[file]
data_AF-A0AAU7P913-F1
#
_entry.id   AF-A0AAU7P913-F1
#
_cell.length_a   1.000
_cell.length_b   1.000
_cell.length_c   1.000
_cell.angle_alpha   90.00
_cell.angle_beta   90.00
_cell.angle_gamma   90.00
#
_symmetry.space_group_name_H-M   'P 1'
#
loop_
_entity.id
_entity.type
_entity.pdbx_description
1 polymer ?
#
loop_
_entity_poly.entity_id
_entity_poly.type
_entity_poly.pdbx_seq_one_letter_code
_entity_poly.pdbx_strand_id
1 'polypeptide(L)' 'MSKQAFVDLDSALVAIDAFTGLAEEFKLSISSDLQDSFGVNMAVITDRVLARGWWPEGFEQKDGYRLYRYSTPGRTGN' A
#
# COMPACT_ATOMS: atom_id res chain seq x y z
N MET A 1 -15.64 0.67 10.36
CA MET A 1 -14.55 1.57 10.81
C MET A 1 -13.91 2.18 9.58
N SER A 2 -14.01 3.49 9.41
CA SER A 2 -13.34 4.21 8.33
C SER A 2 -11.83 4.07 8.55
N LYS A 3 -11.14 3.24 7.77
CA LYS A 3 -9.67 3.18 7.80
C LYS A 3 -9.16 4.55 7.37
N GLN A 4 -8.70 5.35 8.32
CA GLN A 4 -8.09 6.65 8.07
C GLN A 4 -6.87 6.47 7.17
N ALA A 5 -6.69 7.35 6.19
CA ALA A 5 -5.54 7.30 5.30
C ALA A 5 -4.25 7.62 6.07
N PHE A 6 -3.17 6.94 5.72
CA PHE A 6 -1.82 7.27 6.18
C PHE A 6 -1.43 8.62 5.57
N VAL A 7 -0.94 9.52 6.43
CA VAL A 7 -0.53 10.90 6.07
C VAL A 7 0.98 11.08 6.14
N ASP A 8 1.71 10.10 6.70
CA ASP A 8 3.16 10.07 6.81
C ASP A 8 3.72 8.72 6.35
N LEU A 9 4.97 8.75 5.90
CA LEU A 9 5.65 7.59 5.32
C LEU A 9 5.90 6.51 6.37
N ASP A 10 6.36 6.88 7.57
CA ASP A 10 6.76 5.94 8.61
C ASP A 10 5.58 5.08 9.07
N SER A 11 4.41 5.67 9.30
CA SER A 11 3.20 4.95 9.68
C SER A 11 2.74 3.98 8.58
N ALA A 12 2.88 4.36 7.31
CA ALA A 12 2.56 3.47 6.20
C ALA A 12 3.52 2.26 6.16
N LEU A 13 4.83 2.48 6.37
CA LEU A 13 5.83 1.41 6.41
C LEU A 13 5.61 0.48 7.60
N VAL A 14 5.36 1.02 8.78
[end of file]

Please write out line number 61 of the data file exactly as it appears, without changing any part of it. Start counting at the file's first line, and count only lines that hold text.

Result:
N ALA A 12 2.88 4.36 7.31